At Parametrix, we have 217 women engineers, planners, scientists, surveyors, construction managers, archaeologists, administrators, accountants, technicians, and marketers. We’re proud to have a leadership team comprised of 50% women. In celebration of Women’s History Month, we’re highlighting a few of the influential women in engineering and science throughout history who have paved the way for women in our industry today.
Emily Roebling (1843 – 1903) was an engineer known for her contribution to the completion of the Brooklyn Bridge after her husband developed decompression sickness and became bed-ridden. Due to her interest in bridge construction and prior knowledge of the project, Emily ended up taking over much of the chief engineer duties. In 1883, when the bridge was complete, Emily became the first person to cross the bridge by carriage and was honored in the opening ceremony.
Edith Clarke (1883 – 1959) was the first woman to be professionally employed as an electrical engineer in the United States and the first female professor of electrical engineering in the country. During her time working at General Electric, she invented the Clarke calculator which was considered an early graphing calculator. In 1926, she became the first woman to deliver a paper at the American Institute of Electrical Engineers’ annual meeting. She also contributed her electrical expertise to develop and install the turbines in the West Hoover Dam.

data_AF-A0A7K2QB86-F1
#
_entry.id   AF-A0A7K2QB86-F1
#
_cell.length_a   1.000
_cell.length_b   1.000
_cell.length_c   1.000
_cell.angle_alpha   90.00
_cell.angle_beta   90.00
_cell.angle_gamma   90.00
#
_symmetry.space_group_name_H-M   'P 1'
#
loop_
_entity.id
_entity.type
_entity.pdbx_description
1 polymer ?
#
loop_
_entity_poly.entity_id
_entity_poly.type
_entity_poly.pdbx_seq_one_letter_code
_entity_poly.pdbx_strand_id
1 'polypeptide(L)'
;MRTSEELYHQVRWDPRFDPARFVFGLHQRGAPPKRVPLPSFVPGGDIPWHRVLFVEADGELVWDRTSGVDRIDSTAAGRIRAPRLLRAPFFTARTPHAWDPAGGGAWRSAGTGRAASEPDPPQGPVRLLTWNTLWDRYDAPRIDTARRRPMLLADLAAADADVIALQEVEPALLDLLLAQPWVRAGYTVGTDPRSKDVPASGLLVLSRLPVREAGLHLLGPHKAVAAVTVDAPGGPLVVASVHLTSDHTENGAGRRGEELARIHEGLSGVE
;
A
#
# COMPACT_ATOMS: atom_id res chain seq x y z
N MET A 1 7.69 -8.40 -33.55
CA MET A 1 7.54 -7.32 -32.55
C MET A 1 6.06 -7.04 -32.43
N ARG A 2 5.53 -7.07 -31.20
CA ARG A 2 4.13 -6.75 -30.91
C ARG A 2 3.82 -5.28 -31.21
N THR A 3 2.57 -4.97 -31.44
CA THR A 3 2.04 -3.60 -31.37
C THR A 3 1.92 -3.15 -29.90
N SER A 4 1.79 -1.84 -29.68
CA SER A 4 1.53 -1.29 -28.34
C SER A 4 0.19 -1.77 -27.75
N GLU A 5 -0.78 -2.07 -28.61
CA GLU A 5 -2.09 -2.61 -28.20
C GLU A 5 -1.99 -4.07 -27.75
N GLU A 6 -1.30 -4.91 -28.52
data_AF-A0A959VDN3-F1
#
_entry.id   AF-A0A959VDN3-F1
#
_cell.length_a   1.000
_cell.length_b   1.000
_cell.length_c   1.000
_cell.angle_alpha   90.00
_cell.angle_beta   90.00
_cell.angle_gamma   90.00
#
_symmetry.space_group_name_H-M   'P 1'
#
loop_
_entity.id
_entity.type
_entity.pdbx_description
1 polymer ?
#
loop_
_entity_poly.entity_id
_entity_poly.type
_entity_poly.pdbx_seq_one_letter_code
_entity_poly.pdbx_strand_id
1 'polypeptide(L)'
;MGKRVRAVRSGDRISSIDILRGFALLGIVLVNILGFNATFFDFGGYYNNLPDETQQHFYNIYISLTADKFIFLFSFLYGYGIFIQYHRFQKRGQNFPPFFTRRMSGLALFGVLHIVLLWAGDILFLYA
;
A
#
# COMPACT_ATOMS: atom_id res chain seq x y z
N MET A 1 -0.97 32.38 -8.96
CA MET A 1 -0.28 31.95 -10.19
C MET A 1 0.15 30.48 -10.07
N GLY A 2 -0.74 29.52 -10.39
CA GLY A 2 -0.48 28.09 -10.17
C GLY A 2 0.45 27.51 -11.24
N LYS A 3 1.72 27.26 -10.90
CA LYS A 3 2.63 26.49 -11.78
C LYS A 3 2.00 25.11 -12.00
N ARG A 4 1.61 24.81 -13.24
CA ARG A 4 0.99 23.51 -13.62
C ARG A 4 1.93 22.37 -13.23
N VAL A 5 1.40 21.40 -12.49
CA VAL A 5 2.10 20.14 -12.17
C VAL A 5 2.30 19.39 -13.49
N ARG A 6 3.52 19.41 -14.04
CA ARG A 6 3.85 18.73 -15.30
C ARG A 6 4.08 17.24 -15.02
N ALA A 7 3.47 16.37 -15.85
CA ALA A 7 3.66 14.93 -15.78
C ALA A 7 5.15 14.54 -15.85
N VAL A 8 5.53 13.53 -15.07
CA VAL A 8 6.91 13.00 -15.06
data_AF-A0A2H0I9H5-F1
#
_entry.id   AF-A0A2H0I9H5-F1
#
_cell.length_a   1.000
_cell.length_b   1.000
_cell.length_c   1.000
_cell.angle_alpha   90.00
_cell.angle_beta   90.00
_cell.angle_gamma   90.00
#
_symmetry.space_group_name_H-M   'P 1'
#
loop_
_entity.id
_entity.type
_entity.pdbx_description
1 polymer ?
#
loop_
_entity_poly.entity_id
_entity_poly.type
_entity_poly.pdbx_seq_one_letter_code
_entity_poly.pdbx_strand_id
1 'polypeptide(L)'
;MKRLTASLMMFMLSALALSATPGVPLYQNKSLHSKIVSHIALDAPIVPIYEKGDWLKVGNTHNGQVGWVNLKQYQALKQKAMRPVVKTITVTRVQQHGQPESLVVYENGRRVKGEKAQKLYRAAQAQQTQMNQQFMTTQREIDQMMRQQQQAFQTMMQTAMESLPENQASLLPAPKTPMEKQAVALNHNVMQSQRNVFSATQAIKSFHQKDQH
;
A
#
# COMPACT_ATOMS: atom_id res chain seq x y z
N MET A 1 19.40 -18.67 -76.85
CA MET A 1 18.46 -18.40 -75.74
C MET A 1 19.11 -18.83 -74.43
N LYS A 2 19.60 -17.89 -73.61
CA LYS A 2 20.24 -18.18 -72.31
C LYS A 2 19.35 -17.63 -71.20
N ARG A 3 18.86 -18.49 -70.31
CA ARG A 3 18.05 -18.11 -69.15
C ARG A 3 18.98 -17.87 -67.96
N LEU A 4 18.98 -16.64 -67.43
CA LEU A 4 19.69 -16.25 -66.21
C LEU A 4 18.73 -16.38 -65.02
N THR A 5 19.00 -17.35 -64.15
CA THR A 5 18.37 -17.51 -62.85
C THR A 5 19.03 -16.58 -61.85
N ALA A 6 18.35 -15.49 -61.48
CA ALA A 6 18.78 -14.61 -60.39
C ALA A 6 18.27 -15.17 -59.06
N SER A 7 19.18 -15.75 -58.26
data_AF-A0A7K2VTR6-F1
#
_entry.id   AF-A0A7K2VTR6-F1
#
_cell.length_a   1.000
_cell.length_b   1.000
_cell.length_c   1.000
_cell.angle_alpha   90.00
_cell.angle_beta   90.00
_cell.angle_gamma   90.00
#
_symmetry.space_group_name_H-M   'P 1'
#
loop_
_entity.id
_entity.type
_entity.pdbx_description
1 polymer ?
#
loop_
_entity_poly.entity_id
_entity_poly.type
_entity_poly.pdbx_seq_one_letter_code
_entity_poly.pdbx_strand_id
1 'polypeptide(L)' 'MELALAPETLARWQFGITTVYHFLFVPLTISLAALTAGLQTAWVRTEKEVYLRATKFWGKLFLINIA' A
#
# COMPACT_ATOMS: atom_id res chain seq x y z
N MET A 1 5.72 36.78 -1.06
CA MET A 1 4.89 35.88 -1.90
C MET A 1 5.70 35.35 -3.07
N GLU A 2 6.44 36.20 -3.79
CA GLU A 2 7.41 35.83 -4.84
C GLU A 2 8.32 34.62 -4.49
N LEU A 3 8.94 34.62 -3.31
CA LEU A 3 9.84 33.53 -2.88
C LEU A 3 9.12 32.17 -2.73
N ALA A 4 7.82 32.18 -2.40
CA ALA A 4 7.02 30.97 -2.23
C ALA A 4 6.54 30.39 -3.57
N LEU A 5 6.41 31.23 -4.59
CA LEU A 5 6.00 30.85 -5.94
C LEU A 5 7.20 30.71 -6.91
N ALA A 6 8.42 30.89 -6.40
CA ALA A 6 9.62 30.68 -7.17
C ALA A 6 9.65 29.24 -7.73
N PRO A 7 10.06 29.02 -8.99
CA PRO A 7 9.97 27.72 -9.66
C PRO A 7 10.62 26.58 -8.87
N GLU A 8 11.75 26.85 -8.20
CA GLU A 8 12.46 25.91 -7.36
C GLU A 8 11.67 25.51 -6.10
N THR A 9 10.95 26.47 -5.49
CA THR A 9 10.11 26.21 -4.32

Bertha Parker Pallan Cody (1907 – 1978) is considered one of the first Native American female archaeologist. She was hired by her uncle, an archaeologist, as a secretary and cook. She learned science on the job and was involved in some of the 20th century’s significant finds, including some of the earliest evidence of Native peoples on the continent and the skull of an extinct giant ground sloth next to ancient human tools. Many of the pieces she found were put on display at Southwest Museum.
Yvonne Clark, PE (1929 – 2019) was a pioneer for African-American and women engineers. She was the first woman to earn a Bachelor of Science degree in mechanical engineering at Howard University. She was also the first woman to earn a master’s degree in Engineering Management from Vanderbilt University. She later went on to become the first woman to serve as a faculty member in the College of Engineering and Technology at Tennessee State University.